An error does not become truth by reason of multiplied propagation, nor does the truth become error because nobody will see it. -Mahatma Gandhi
PARTS of the original Mad Max movie were filmed at Stockton beach, right?
It says so in Wikipedia, and on about a gazillion websites, most of which quote each other as the source of the information.
Except it seems it may not be true.
I’d heard the story spouted about quite often and never even thought to question its veracity, at least partly because it doesn’t bother me either way.
But I guess it serves as a little illustration of how mistakes can get compounded and buttressed and become folklore.
It was reader, researcher and history buff Graeme Steinbeck who raised the question with me, partly out of frustration that Wikipedia apparently won’t let him edit the entry to make his intended correction.
It won’t let him, apparently because one of the authorities cited for the Mad Max information is the NSW parliament itself.
Port Stephens MP Craig Baumann told parliament in August 2010 that: ‘‘In fact, parts of Mad Max were filmed on Stockton beach and a young Mel Gibson camped in the huts’’.
Now, I’m not an expert on the Mad Max movies, but Peter Barton is.
Peter runs a website devoted to all things Mad Max, and the site is especially big on identifying filming locations.
Peter agrees that parts of Stockton beach look like some of the scenes from Mad Max, but he is adamant that the filming was done at Avalon beach, in Victoria.
‘‘Maybe someone has gotten confused because Stockton looks similar,’’ he speculated. ‘‘It’s a false claim, like many others out there, like the guy trying to sell Mel Gibson’s ‘‘original’’ costume on eBay,’’ Peter wrote.
‘‘Unfortunately it can be difficult to quash rumours like this once they get going. I’m not sure what to tell you that would squash it in people’s minds for good, other than the fact that no one pushing this claim has a single fact or shred of evidence to actually back it up.’’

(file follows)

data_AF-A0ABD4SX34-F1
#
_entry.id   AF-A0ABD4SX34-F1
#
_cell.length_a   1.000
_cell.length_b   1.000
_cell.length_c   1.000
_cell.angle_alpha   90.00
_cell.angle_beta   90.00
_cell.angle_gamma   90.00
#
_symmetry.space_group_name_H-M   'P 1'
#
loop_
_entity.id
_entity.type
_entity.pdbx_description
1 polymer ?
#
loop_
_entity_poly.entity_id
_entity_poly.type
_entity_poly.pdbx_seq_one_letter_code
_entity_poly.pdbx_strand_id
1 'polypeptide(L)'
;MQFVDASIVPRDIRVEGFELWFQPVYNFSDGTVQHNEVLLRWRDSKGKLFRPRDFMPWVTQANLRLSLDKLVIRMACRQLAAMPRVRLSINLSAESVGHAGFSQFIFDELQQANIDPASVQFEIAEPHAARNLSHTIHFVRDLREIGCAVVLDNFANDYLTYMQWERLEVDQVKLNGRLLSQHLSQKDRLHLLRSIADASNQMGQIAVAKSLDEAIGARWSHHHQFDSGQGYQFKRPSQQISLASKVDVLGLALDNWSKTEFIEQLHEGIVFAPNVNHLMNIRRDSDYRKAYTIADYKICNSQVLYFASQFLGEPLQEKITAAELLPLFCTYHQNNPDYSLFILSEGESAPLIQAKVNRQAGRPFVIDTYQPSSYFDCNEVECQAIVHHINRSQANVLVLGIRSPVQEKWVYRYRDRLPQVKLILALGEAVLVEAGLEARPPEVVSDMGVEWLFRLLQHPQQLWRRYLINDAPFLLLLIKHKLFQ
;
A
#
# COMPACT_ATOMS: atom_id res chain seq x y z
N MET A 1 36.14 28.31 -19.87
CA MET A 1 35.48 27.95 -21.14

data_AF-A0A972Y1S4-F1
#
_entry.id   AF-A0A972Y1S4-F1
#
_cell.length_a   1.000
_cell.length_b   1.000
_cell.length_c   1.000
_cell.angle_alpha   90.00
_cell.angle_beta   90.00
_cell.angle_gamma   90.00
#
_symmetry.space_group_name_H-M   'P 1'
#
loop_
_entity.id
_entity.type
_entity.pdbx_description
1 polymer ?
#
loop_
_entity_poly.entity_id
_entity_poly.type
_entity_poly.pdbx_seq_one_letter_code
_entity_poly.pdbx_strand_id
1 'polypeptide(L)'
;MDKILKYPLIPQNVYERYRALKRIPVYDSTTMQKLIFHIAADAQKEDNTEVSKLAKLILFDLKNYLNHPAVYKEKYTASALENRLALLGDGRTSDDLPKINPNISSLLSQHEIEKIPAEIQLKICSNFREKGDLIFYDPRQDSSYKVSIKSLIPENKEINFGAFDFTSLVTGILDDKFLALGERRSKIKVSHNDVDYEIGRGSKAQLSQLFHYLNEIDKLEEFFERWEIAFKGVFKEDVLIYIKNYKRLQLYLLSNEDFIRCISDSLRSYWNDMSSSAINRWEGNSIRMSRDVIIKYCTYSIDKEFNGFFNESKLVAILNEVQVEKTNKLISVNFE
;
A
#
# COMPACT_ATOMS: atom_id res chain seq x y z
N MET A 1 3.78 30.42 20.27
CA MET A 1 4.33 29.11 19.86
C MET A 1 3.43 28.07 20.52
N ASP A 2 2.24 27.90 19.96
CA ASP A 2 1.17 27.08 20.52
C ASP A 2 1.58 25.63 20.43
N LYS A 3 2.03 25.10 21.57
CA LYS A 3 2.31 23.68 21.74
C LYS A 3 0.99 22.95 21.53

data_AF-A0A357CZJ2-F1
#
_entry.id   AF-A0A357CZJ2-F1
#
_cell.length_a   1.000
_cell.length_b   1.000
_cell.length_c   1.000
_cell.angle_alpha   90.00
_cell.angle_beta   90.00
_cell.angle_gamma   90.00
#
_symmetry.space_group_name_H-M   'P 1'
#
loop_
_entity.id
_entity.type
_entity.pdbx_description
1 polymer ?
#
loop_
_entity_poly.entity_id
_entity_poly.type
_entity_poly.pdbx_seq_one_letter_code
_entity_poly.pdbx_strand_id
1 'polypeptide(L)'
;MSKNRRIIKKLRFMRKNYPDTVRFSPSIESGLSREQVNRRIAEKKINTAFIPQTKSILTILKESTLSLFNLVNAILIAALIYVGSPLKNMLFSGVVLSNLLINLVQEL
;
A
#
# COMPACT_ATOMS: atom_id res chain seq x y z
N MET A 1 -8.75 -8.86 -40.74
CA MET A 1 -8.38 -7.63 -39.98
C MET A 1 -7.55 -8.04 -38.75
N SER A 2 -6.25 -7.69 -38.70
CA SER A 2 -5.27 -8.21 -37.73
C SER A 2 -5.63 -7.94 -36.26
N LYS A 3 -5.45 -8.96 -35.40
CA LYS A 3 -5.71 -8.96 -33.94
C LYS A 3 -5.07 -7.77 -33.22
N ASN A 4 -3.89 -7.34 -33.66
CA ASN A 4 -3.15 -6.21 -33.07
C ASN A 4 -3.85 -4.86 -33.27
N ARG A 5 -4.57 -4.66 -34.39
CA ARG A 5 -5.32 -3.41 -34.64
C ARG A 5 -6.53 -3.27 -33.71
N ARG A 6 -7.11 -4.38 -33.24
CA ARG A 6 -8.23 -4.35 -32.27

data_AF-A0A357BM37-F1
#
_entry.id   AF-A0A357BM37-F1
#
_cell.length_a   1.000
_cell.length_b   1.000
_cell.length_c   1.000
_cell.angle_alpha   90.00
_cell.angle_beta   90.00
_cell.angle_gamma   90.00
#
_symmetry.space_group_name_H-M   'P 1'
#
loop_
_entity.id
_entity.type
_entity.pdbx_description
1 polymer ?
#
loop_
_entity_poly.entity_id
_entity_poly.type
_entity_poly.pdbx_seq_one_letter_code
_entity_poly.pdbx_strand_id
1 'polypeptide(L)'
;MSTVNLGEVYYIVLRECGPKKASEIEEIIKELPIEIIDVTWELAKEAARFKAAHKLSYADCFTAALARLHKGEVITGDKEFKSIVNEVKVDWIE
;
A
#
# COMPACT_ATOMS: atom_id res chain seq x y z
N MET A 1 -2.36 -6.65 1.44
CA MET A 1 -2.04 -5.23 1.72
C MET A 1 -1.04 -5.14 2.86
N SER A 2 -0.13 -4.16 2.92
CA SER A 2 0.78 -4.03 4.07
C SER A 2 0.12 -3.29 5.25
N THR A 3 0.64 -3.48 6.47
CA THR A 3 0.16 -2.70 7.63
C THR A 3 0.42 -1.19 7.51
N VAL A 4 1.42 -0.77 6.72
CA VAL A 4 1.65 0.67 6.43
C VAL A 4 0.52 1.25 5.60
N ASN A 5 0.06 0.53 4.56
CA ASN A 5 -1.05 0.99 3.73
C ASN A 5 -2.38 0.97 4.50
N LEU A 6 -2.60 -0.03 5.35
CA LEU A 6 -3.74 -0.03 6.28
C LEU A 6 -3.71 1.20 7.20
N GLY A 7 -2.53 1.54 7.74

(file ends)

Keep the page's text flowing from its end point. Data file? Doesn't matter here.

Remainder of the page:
When quizzed about his parliamentary assertion, Craig Baumann was apologetic. It appeared he had accidentally misled the house, he said, and he promised to correct the record when the chance arose.
Anyway, researcher Graeme’s interest in the history of Stockton beach runs deeper than debunking Mad Max myths.
He’s got a bone to pick with Tin City too. Tin City is the tourist attraction settlement of iron shacks in the Stockton dunes, and Graeme wants to clarify its pedigree.
Some, it seems, believe that Tin City started out as a squatter settlement in the Great Depression, and the unofficial history asserts that it was flattened during World War II to make way for some kind of army installation, only to be rebuilt after the war.
Trouble is, Graeme has searched and searched, and says he can’t find any reliable records of any such depression settlement, nor of any army installation at the site.
He figures somebody must have got mixed up with Nobbys Camp, and points out that remote, waterless, soil-less Tin City would have been a hopeless settlement site in the 1930s.
He also points out that Tin City only remains unburied today because of fairly constant and mechanically assisted effort. Could a small group of unemployed folk – who had to walk kilometres every day to the nearest road to even start their daily journey in search of water, food and work – have managed the task?
‘‘No evidence has been produced, such as a photo or paper reference, that validates the existence of Tin City prior to the early 1970s,’’ Graeme asserts.
Well, there’s a challenge for Newcastle Herald readers who disagree. Is there a photo or diary, or anything else that proves Graeme wrong? If you’ve got proof, how about sharing it.